12.08.2006 General News

Akufo-Addo Brings Drugs Smuggling Issue To UN

By The Statesman
Akufo-Addo Brings Drugs Smuggling Issue To UN
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The President of the United Nations Security Council and Foreign Minister of Ghana, Nana Addo Dankwa Akufo-Addo, has called on the world body to give urgent attention to pressing issues in West Africa, such as drug smuggling.

Addressing the Security Council this week, Nana Akufo-Addo said, "It is of utmost importance that we re-double efforts to resolve in the shortest time possible some of the issues that pose a clear and present danger to peace and security in West Africa.

"In particular, we should aim at achieving the complete demobilization, disarmament, and re-integration of ex-combatants, particularly child soldiers and mercenaries."

But, with the hot issue of over two tones of smuggled cocaine reportedly vanishing in Ghana, and reports of hitmen from Columbia apparently making their way to Ghana to settle scores, the Foreign Minister immediately drew the link between the growing drug trafficking menace and the potential it causes to the already fragile security situation in the sub-region.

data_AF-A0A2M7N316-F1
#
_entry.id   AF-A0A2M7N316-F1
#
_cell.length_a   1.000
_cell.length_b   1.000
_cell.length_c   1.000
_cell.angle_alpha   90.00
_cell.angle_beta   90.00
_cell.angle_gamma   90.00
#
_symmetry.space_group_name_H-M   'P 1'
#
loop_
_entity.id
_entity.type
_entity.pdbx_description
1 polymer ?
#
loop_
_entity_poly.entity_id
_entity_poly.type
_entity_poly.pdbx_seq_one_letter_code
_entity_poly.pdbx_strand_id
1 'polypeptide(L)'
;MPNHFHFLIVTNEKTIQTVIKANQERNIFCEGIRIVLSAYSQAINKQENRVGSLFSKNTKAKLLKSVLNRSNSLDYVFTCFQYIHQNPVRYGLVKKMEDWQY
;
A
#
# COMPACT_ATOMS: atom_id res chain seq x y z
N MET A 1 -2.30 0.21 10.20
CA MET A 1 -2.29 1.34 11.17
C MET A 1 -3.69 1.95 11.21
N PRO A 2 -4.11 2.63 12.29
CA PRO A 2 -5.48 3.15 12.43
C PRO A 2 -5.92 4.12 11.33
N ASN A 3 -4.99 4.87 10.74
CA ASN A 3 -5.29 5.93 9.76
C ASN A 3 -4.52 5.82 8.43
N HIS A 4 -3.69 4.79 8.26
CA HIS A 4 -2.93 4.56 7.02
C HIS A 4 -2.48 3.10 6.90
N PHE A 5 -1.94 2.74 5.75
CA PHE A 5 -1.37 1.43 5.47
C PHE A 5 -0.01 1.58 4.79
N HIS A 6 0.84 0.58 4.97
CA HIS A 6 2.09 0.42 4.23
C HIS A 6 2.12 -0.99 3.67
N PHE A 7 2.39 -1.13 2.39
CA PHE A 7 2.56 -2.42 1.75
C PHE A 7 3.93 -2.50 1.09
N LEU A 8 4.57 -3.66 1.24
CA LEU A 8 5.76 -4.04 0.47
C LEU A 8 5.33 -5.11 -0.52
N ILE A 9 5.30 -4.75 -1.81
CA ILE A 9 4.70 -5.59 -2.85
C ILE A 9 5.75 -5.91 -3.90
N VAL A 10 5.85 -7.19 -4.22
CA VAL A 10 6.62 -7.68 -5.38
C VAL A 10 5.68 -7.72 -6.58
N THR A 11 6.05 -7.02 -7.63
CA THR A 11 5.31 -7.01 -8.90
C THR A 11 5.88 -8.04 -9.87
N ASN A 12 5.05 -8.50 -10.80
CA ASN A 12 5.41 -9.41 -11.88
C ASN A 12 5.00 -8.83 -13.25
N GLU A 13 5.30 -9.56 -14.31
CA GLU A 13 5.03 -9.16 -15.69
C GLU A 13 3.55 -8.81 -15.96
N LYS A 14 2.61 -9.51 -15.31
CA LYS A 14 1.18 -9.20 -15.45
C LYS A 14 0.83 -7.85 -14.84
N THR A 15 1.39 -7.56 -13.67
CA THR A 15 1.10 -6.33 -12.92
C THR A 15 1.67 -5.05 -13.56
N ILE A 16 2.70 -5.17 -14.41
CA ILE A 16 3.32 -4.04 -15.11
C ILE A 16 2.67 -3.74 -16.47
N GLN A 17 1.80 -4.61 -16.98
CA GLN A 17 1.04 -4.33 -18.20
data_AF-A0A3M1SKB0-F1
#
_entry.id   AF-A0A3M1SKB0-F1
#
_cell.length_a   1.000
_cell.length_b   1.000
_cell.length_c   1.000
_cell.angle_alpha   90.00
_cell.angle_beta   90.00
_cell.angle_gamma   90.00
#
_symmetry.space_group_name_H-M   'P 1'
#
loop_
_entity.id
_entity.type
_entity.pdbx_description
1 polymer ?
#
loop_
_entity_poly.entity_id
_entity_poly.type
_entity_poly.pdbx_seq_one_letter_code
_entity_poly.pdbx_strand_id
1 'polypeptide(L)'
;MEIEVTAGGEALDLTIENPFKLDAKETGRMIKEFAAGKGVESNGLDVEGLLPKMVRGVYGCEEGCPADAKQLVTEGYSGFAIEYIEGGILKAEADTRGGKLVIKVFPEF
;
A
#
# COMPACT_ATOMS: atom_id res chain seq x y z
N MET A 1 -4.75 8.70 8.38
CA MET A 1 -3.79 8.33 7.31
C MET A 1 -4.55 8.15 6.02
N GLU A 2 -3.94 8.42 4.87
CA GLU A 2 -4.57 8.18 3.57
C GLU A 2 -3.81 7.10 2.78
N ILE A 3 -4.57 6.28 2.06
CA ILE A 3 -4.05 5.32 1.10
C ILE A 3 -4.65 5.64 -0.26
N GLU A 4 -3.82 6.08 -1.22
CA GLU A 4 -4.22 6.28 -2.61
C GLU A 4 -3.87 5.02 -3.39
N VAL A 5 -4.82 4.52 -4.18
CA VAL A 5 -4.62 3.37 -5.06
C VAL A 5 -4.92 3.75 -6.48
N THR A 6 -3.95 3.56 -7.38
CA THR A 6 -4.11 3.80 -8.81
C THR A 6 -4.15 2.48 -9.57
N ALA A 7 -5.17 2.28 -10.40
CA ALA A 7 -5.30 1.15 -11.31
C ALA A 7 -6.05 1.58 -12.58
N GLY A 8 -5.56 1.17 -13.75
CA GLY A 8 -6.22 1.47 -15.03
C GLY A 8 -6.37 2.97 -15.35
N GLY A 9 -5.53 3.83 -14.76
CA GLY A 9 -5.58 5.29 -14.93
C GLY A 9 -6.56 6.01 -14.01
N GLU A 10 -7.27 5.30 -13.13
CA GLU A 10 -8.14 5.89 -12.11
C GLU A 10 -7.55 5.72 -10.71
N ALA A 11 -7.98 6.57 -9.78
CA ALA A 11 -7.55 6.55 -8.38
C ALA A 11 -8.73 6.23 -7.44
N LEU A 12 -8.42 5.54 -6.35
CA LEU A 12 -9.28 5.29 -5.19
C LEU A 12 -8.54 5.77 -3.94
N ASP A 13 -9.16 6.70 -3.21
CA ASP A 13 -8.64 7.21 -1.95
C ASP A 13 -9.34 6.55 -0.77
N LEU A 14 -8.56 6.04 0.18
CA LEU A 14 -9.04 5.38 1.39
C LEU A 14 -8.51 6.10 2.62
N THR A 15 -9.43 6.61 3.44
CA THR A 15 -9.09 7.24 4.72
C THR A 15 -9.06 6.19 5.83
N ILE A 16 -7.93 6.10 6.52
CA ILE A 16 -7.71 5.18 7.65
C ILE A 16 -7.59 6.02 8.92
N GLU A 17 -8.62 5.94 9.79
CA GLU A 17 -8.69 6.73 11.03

"There are also critical cross-border issues which should be urgently addressed, such as the illicit trade and proliferation of small arms and light weapons, illegal dealings in mineral and natural resources, smuggling of narcotics, human trafficking, repatriation of refugees and resettlement of internally displaced persons."

In response, the Security Council issued a communiqué which said, among other things, "The Security Council stresses the continued need for assisting West African states and ECOWAS to curb illicit cross-border activities."

Further more, "The Security Council emphasizes the regional dimension of peace and security in West Africa and requests the Secretary-General, in consultation with the ECOWAS Secretariat, to submit to it by the end of the year a report with recommendations on the co-operation between the United Nations' missions deployed in the region and on the cross-border issues in West Africa."

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